Back in 1932, Washington citizens jettisoned the Republican state treasurer and voted in a Democrat for the job of minding the state’s public monies.
Since then, the people have elected and re-elected Democrats to the treasurer’s office, over and over again, except for one election in 1952. So it made sense that coming out of last week’s primary, the Democrats garnered over 51 percent of the vote for state treasurer, while the Republicans came in with less than 49 percent. The people just seem to trust Democrats with our state’s public revenues.
But guess what? There will not be a Democratic candidate for state treasurer on the ballot in November. So if you want to vote for a Democrat for this position, don’t even bother to search for one. That’s because of the “top-two” primary system we have in our state. It means that whoever are the first and second finishers in the primary get to be on the ballot in November.
In the primary race for state treasurer, there were five candidates, three Democrats and two Republicans. Marko Liias, currently the Democratic state senator from Edmonds, got 20 percent of the vote. John Comerford, another Democrat, got 18 percent and Alec Fisken, the third Democrat got 13 percent. All told, the three of them received the majority of the votes. On the Republican side, Duane Davidson got 25 percent and Michael Waite got 23 percent, for a grand total of slightly more than 48 percent of the vote. But under the top-two primary system, we can have minority rule, and in the case of the race for state treasurer, we do, with the two Republicans making it onto the general election ballot and no Democrats. And no minor party candidates either, for that matter.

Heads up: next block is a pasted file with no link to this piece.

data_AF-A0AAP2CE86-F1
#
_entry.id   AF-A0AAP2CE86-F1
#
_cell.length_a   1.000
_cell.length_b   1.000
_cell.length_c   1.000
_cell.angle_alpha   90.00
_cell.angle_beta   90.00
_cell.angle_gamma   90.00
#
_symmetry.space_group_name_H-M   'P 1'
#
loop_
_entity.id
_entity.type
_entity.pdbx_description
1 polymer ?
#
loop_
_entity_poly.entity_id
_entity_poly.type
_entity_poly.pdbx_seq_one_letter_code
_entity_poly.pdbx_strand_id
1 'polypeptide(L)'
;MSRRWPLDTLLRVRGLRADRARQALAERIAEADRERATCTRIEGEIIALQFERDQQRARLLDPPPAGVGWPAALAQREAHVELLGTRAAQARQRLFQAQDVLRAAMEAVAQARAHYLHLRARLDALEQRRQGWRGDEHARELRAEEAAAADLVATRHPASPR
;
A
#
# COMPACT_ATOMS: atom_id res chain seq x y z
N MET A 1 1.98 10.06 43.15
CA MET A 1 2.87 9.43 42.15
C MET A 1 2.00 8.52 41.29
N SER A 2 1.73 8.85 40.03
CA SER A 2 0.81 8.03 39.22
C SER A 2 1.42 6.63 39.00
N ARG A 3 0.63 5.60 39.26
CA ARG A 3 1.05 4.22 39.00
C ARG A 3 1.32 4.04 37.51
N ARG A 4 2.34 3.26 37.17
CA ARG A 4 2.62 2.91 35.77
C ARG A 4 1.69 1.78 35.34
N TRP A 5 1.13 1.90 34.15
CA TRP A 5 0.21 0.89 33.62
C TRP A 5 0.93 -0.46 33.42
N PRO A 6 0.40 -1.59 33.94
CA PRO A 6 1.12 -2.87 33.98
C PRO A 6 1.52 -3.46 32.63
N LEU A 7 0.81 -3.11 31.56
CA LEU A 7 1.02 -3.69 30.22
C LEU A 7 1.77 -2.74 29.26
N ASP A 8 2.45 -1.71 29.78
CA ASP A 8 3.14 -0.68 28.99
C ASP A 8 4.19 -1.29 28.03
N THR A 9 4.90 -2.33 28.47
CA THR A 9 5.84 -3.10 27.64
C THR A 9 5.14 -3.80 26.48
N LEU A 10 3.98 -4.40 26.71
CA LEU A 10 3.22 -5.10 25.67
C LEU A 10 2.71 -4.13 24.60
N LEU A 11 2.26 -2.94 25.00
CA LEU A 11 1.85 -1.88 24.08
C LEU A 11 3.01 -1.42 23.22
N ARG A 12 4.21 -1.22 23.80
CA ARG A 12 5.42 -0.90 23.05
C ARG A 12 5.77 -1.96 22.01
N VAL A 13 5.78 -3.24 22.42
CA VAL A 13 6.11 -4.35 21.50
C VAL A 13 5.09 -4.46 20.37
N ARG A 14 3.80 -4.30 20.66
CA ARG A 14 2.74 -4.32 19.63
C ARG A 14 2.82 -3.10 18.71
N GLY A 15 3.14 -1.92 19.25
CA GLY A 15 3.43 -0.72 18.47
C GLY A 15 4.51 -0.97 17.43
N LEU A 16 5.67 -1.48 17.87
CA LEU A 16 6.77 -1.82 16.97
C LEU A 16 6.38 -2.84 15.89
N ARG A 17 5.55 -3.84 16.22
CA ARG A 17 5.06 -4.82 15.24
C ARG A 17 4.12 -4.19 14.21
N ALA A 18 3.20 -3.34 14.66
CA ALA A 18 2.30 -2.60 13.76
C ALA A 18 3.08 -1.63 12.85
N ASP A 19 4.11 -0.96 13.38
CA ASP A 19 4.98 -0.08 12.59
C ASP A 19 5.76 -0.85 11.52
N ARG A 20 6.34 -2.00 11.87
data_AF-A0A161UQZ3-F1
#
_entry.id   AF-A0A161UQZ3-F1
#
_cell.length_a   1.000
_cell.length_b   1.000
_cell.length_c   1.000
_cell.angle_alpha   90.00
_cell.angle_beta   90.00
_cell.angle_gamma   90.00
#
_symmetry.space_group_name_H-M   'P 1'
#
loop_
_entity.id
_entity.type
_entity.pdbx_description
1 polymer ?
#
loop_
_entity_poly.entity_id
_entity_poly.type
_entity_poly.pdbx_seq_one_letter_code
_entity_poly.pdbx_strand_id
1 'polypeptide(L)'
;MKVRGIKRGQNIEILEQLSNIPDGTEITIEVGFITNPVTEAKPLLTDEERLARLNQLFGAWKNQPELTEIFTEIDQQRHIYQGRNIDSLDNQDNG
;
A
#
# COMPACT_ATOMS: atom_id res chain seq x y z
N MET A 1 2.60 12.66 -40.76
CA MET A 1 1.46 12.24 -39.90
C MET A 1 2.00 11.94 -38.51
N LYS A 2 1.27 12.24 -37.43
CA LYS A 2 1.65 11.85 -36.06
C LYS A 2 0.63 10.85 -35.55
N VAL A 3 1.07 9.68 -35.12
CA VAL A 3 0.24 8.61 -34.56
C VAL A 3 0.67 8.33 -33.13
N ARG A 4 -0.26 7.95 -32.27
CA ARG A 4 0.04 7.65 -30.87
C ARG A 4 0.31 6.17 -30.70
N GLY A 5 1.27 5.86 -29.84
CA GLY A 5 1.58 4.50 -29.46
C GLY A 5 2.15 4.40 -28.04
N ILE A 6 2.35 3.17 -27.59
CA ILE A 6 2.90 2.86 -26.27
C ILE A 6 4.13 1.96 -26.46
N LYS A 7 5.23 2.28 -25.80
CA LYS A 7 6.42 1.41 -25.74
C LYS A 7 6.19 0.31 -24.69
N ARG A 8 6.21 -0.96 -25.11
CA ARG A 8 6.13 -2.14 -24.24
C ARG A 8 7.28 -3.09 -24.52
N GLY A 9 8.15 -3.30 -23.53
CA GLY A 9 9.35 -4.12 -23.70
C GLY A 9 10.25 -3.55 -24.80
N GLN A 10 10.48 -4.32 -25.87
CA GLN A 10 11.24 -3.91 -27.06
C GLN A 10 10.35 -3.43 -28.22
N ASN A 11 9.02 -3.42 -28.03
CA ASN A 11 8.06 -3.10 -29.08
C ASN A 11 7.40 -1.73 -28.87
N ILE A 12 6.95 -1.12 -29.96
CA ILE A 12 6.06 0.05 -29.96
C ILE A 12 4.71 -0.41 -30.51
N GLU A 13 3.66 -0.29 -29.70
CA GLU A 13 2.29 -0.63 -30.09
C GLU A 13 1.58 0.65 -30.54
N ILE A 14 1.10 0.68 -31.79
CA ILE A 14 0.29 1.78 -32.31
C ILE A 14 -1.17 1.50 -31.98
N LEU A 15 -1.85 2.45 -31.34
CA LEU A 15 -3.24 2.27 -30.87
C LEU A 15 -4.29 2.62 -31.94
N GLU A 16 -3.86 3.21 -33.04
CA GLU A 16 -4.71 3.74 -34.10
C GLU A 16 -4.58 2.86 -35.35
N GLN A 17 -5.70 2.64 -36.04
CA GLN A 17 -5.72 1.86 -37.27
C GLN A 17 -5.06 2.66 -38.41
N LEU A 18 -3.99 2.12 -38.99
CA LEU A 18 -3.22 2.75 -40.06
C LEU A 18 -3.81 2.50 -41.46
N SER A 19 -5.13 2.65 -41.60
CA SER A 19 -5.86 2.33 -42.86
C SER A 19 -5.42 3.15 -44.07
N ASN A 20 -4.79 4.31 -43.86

We have created a monopolistic farce out of this election, rather than a real choice among candidates of different parties. Needless to say, this leaves a lot of voters disenfranchised.
This state treasurer’s election is most glaring in its anti-democratic choice. But if you are a Republican, you have a similar non-choice in the 7th Congressional District, the one from which Jim McDermott is retiring. In November, voters choose between two Democrats: Pramila Jayapal, who received over 40 percent of the vote and Brady Piñero Walkinshaw, who received 21 percent. No Republicans advanced to the general election, so if you are a Republican and live in Edmonds, don’t bother to vote for a Republican. You won’t find one.
The same situation holds over in the 4th Congressional District in central Washington. There voters will choose between Congressman Dan Newhouse, Republican, or tea party favorite Clint Didier, also a Republican. No Democrats on this ballot!
This sort of un-choice happens all over our state, in many primary “elections.” Of the 124 elections for the state Legislature, 48 will not have a choice between a Democrat or a Republican. In many of these races, voters can choose between two Republicans or two Democrats or between a major party candidate and a Libertarian candidate. Twenty-six “races” will have only one candidate on the ballot. And we thought the idea of one-party elections was the opposite of democracy!
So that’s the problem. What’s the solution? The most fundamental principle for a democracy is to have elections in which citizens have choices. So, we could use the primary to determine the Democratic and Republican candidates for the general election. That’s how it is done in most states around the country. In fact, that is how we did it in Washington state until 2008. And then we should make sure the minor party candidates are able to also be on the general election ballot. There is not much point in a democracy to limiting our choice to the two major parties.
But how should we fairly apportion representation for the Legislature? This doesn’t happen now. If 30,000 people vote for a Democrat, and 17,000 vote for a Republican, the Democratic candidate wins, all of the voters for the Democrat are represented, and none of those for the Republican.
What would make a lot more sense is to have voting districts in which three representatives are elected. Then the 30,000 Democratic voters would get two representatives and the 17,000 Republican voters would get one representative. Everyone’s vote would count. That is a good concept for our democracy!
John Burbank is the executive director of the Economic Opportunity Institute, www.eoionline.org. Email him at email@example.com.